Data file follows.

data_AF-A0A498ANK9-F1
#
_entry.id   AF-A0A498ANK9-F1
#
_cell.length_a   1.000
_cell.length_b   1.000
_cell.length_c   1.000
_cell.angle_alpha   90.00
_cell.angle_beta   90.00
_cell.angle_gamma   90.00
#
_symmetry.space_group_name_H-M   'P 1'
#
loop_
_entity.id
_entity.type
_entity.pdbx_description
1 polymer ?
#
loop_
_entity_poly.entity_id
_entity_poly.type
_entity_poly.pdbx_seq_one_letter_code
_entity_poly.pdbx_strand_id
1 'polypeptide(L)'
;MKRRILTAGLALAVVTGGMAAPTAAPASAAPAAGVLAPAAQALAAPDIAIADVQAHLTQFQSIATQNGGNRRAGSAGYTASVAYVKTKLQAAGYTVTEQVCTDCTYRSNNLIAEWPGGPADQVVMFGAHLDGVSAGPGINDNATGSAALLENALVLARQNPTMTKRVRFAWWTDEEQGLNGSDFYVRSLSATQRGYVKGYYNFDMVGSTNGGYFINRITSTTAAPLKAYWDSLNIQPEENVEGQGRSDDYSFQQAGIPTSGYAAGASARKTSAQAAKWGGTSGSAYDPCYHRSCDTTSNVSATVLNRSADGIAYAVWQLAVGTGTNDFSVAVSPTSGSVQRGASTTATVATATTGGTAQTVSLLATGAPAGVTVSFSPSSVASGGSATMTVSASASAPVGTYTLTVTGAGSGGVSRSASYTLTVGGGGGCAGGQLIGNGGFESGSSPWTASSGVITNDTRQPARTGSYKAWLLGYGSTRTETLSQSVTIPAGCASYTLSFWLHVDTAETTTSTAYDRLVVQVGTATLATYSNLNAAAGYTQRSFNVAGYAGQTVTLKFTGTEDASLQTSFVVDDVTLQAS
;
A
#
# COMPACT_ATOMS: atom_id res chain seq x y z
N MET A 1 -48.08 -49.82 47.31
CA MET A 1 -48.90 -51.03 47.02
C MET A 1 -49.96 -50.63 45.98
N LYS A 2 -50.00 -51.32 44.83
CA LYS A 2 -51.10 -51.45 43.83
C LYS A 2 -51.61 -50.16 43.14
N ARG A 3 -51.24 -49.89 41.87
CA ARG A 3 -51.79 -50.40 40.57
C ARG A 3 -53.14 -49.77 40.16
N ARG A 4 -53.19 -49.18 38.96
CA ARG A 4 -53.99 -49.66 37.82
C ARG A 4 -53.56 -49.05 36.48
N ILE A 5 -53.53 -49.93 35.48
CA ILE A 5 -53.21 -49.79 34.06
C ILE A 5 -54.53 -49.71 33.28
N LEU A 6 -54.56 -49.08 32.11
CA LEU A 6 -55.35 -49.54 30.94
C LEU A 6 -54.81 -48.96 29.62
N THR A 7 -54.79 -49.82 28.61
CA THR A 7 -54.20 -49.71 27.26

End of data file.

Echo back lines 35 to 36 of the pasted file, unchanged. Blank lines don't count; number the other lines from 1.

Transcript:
CA LYS A 2 -51.10 -51.45 43.83
C LYS A 2 -51.61 -50.16 43.14